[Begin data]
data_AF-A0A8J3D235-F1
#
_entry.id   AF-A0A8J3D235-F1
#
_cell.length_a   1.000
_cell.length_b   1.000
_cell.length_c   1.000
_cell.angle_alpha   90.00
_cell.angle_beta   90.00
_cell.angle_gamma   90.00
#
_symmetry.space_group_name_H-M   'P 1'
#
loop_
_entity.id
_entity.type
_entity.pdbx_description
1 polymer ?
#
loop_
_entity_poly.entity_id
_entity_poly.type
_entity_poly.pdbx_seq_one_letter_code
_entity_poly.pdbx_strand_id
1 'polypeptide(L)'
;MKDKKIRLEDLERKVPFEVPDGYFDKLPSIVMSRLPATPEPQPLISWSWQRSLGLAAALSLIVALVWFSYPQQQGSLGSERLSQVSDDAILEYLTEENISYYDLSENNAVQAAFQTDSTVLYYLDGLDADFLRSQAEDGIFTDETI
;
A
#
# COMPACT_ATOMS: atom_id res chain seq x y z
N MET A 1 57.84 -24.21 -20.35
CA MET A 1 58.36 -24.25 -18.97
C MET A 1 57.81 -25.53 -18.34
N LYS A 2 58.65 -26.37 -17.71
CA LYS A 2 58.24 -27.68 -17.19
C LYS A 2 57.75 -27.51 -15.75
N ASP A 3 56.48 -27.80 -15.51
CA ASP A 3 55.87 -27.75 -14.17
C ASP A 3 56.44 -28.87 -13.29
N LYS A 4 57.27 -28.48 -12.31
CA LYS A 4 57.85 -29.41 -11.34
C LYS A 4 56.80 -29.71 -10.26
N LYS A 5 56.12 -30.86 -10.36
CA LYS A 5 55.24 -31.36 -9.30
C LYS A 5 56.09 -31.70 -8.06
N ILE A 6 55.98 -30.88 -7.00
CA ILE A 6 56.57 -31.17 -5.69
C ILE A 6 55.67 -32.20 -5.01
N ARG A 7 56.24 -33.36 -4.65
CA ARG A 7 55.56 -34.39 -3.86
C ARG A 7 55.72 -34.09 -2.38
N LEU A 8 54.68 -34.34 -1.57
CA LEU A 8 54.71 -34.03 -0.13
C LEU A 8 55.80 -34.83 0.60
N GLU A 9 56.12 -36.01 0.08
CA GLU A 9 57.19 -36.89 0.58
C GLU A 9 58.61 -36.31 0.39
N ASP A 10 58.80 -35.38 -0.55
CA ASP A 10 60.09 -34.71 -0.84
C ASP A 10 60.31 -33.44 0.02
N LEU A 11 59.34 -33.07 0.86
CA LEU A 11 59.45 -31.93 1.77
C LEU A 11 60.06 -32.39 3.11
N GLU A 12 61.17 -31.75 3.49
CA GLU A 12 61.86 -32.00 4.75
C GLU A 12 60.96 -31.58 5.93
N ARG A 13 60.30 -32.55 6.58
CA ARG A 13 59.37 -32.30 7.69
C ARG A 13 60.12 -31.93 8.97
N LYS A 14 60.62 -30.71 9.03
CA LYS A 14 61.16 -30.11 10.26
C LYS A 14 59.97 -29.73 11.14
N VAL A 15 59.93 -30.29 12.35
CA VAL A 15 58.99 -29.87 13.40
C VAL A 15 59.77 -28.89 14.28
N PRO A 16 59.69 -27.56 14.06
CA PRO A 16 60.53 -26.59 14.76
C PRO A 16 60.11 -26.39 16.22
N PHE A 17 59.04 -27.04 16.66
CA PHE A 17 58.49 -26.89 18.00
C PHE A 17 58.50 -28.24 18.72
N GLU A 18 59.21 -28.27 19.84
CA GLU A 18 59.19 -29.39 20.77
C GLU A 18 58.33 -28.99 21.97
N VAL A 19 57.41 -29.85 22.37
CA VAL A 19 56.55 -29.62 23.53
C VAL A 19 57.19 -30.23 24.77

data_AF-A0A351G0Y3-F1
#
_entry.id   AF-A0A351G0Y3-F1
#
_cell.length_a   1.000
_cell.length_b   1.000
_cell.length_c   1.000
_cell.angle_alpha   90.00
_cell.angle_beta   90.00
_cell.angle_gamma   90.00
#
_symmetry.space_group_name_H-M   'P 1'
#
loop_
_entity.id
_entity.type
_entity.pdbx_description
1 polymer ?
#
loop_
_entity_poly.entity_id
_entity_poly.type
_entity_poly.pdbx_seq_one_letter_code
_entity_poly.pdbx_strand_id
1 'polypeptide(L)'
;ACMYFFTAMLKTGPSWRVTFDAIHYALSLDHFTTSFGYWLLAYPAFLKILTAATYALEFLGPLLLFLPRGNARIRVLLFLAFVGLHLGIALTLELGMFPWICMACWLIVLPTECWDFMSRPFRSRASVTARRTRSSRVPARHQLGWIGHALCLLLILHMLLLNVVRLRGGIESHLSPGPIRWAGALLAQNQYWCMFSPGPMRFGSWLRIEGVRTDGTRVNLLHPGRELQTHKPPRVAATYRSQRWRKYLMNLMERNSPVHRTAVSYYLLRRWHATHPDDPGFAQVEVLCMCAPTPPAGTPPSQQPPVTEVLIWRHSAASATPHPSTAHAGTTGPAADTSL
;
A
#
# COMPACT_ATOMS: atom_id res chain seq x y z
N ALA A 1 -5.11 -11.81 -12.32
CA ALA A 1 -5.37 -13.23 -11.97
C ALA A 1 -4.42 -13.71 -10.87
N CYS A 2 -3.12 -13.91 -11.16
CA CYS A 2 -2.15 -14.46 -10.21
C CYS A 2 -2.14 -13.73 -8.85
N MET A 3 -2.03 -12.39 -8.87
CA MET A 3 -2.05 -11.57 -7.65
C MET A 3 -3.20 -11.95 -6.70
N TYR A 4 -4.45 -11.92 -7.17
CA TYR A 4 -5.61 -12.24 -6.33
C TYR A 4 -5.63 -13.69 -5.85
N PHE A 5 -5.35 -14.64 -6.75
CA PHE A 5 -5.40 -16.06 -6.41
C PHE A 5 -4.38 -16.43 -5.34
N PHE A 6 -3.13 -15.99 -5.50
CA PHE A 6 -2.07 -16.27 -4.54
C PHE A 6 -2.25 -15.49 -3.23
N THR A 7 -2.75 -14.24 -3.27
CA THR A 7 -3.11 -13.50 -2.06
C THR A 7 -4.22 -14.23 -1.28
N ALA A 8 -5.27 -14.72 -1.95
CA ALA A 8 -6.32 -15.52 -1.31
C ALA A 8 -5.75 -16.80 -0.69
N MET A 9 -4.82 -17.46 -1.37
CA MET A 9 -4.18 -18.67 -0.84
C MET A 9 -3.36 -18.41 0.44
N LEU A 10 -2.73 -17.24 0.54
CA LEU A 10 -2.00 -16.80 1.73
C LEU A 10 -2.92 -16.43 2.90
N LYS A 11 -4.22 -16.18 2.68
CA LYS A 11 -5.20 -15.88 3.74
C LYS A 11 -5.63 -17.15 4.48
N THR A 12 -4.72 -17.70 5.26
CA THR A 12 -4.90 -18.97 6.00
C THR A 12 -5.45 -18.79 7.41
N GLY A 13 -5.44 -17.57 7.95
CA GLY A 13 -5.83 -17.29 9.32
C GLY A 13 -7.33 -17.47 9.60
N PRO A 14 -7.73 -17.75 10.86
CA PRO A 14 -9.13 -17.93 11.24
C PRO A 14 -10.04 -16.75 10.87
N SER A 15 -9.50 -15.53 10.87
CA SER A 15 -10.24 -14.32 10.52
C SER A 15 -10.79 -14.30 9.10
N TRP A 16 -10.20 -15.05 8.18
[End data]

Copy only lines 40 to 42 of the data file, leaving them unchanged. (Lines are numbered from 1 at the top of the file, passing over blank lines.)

N LYS A 4 57.27 -28.48 -12.31
CA LYS A 4 57.85 -29.41 -11.34
C LYS A 4 56.80 -29.71 -10.26